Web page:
Child Health and Screening

The Collaboration works to ensure that all children birth to five receive periodic developmental screenings and that all children who need assessment and services access them.

To achieve this, the Collaboration partners with, and trains, staff members at thirty early childhood, pediatric, and community sites. They learn to administer developmental screenings, facilitate meaningful discussions with parents and families about screening results, and support families to follow up on meeting children’s needs arising from those screenings.

Our Hearing and Vision Screening Technician administers screenings twice a year across centers in Oak Park and River Forest. In addition to screenings at preschools, we hold a community vision and hearing screening event so that all children not enrolled in center-based childhood programming are able to access these screening services.

More about the Developmental Screenings

A “developmental screening” is a brief check that provides a snapshot of a child’s communication, motor, cognitive, self-help and social-emotional skills. A developmental screening can be completed by a doctor, a child care provider or other trained professional. A screening can determine whether a child’s development is appropriate for his or her age, and if a child’s development is on track, a developmental screening can help identify a child’s areas of strength. The child’s doctor or child care provider can help find ways to continue to support the child’s development.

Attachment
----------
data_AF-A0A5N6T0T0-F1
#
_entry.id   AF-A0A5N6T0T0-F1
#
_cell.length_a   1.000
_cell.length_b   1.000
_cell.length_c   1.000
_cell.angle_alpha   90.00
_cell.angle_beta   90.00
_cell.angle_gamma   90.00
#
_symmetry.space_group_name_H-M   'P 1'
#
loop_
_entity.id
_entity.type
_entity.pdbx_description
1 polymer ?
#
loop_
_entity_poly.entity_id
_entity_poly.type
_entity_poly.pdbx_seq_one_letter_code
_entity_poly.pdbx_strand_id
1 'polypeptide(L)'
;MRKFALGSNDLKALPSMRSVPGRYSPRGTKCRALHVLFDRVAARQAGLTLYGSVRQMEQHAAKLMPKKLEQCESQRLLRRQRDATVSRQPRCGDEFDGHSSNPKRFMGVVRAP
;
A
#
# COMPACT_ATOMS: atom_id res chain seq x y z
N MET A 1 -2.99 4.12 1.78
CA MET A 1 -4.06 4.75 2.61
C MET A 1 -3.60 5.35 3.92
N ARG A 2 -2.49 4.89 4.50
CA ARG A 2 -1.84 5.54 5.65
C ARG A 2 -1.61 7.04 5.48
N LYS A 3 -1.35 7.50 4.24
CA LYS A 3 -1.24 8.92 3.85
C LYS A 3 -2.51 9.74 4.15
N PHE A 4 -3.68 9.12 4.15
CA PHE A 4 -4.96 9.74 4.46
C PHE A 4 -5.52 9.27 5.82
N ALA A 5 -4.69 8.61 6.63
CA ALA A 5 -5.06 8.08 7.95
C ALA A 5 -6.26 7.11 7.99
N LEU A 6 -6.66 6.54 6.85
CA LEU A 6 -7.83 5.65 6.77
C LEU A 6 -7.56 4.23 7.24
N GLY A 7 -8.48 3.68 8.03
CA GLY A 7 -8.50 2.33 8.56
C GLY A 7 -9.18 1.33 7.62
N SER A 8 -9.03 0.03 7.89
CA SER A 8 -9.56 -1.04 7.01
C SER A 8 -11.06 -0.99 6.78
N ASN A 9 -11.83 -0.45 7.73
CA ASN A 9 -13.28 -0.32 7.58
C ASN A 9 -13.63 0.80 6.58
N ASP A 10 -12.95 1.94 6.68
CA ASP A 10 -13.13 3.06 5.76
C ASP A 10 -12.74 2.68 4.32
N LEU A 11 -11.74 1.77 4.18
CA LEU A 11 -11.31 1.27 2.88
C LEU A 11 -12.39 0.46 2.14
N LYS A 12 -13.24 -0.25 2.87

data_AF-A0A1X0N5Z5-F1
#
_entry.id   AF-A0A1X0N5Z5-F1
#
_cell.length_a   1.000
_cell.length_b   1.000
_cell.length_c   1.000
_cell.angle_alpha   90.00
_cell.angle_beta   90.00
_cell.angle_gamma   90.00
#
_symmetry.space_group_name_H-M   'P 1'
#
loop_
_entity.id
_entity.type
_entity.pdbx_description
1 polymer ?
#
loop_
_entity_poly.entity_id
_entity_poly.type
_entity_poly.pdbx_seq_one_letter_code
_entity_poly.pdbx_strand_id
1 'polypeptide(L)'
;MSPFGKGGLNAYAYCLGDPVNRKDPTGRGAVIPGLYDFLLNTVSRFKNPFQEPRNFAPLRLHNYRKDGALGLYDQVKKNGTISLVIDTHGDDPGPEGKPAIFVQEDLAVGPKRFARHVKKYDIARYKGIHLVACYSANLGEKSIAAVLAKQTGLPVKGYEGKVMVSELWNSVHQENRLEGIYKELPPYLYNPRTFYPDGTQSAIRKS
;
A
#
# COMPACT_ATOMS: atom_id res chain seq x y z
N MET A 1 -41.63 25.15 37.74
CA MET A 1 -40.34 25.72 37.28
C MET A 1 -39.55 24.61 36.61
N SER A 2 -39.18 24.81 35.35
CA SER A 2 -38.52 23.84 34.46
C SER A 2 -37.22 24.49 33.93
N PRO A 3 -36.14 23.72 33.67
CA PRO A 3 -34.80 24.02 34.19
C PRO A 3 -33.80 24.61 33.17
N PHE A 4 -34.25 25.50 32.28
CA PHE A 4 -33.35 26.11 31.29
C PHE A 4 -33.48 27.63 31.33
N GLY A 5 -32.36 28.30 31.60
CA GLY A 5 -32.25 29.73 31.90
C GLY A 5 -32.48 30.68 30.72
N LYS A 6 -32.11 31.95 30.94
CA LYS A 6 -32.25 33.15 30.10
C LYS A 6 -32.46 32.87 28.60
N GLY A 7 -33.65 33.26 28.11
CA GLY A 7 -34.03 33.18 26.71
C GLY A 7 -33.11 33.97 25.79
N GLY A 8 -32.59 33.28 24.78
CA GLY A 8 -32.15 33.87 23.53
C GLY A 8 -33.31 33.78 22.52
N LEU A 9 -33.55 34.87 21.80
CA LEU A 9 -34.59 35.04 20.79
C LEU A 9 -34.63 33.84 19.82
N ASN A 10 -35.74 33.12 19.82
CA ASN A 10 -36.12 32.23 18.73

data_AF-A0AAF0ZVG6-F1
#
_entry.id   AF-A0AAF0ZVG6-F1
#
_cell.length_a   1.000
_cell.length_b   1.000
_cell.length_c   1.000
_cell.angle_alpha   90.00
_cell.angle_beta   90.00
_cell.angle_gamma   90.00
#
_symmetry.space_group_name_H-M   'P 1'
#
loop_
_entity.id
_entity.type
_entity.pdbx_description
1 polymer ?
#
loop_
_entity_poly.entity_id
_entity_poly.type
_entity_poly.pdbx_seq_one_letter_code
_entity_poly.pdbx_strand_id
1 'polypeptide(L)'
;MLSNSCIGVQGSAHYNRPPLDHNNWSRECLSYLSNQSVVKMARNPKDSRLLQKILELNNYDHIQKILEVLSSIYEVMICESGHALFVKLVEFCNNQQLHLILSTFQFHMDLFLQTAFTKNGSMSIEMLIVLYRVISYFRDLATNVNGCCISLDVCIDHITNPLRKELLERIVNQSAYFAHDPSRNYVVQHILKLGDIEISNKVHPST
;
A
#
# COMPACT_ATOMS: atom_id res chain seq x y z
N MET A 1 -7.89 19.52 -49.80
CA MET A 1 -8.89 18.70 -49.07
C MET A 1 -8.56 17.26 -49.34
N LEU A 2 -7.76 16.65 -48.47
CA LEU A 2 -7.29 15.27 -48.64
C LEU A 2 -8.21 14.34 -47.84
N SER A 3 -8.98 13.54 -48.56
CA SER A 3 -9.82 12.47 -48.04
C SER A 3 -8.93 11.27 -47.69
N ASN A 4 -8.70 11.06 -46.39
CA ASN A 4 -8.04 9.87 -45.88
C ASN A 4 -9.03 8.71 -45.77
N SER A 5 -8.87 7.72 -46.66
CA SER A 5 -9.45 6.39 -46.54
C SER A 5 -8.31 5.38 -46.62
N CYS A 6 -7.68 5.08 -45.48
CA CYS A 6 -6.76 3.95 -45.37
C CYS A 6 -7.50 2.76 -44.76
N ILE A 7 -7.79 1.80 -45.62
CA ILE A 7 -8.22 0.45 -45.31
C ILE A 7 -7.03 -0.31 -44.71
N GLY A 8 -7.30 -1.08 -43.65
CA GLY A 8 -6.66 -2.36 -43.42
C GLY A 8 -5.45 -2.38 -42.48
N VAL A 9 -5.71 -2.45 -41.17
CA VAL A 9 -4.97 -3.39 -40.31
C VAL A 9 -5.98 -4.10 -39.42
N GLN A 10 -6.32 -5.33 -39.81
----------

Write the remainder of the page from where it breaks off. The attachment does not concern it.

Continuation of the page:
The Collaboration provides support to pediatric and family practice physicians and early childhood education and child care professionals to conduct developmental screenings of all children in their care. The Collaboration provides training and technical assistance to conduct two screenings twice per year:

Why Regular Hearing and Vision Screenings Matter


Hearing and Vision Screening is a critical step in supporting children’s development. It is estimated that 10-15% of all preschoolers may have some form of vision impairment. While some pediatricians perform vision screenings as part of the well-child visit, others do not. Early identification of hearing loss may be of greater significance. At any given time, 15% of preschool-age children are believed to suffer from short-term hearing impairment, often due to chronic ear infections. Approximately 3% suffer from hearing loss.

If you are a doctor or child care professional who would like to learn more about participating in the Collaboration’s developmental screening project, please contact us.

Parents can find additional information about developmental screenings by visiting the Supporting My Child’s Development page.

Support a strong start and a bright future.

We champion high-quality early childhood care and learning experiences and support for families so all children develop their full potential.